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Apr 14, 2010

Energy prices will triple without a carbon price

Australians are being prepped for steep rises in energy costs. It's partly the result of the proposed ETS, but that's not quite the whole story, writes Giles Parkinson.

Australians are being prepped for steep rises in energy costs — partly the result of the proposed emissions trading scheme. But that is not quite the whole story, according to Grant King, the CEO of Origin Energy.

He thinks the price of energy to consumers might be three times the current tariff by 2020 — a situation not inflated because we might have a carbon price, but because of the real possibility that we won’t have one.

King is one of the most refreshing of speakers about Australia’s energy future because he has a broader vision of the energy challenge than most and can explain it in layman’s terms. Granted, he does have a strong interest in pushing the case for gas, and his company has got a lot of it to sell from the coal seam gas reserves in Queensland.

He also avoids some of the shrill claims and doomsday scenarios that have blighted so much of the energy debate in this country. And the most important myth he dispels is the idea we will somehow run out of power and the lights will go off.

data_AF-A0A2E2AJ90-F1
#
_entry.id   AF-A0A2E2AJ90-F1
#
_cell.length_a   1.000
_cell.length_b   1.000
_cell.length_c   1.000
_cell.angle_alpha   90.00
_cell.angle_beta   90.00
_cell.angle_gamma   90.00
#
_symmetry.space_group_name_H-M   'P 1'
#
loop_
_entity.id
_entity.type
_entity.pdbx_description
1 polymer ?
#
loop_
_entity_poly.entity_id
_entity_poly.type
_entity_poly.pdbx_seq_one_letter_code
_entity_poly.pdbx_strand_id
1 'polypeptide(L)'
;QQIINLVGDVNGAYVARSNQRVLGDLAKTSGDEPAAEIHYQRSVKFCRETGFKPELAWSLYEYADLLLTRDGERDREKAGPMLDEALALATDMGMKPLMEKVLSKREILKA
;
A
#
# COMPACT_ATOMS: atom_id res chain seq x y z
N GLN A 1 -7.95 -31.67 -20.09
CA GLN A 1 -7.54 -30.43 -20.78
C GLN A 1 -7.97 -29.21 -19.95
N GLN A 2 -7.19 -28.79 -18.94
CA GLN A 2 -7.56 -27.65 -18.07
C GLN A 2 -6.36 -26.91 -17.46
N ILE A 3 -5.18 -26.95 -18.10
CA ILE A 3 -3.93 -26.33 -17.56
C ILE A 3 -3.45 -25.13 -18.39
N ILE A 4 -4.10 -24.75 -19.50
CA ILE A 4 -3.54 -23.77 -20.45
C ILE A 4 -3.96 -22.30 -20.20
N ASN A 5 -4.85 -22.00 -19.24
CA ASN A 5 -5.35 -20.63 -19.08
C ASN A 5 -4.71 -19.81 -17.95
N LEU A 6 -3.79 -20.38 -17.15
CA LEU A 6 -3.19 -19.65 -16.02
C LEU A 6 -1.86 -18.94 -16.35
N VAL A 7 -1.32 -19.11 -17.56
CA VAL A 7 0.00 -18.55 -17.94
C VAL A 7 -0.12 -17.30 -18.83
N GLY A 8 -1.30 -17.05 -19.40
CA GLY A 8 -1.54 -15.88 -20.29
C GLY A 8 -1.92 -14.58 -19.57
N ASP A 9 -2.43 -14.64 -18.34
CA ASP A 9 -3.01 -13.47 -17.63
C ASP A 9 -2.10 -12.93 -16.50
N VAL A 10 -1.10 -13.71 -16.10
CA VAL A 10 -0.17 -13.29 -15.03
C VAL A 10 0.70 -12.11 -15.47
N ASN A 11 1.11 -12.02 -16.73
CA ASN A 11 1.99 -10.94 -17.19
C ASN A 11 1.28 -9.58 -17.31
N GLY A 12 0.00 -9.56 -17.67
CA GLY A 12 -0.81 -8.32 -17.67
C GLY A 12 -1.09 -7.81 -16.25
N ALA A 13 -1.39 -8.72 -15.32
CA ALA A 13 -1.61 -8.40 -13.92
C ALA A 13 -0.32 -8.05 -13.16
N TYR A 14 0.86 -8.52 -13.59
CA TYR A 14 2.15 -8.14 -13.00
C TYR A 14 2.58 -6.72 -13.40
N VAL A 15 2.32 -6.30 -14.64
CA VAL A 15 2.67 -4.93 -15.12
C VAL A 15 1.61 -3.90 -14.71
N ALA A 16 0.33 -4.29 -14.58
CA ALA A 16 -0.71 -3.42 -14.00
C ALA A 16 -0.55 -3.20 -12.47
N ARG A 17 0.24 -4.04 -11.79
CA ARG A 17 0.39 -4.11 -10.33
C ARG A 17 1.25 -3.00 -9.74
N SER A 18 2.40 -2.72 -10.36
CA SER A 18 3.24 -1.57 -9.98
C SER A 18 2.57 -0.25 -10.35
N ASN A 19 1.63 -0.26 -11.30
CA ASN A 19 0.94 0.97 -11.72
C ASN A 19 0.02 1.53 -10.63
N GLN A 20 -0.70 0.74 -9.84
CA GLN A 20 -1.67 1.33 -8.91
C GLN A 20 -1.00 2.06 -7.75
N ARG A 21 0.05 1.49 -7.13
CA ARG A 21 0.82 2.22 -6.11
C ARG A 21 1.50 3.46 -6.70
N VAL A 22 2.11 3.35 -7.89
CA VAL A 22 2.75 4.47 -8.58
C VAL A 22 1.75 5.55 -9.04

It won’t happen, he says, because companies like his will invest in the sector and stand ready to do so. It’s just that those investment choices will be made at the greatest efficiency and the lowest risk of capital in light of the prevailing policies, and in the absence of certain policy drivers, most notably a carbon price, that will almost certainly result in higher costs to consumers.

The second myth he strives to dispel is that building out Australia’s energy requirement is somehow going to be too hard. It’s not, he says, because the task is no more daunting than what has been achieved in the past 40 years, both in terms of population growth (90 per cent) and energy consumption (about 600 per cent).

It’s merely a question of how we want the final mix, and that will be influenced not just by the nature of the policies, but their timing.

In a speech to CEDA in Sydney on Tuesday to mark the launch of the “Vision Series”, King made some interesting observations about the two policies that are in place — the 20 per cent renewable energy target by 2020, and the pledge to cut 5 per cent in emissions.

And his take was that we will have trouble meeting either target, but particularly that of emissions reductions, because of the absence of a third policy — a carbon price.

On the RET, King has some sobering views on the ability of other energy sources to help meet that target: large scale solar is a long way away from being cost competitive, and geothermal is unproven and unlikely to contribute much before 2020. That leaves pretty much wind, and wind only, to meet the RET, and King estimates that 7000-8000MW of wind turbines will be needed to meet the RET, and will need to be “balanced” by up to 6000MW of open cycle gas plants, which can be fired up quickly to meet peak demands.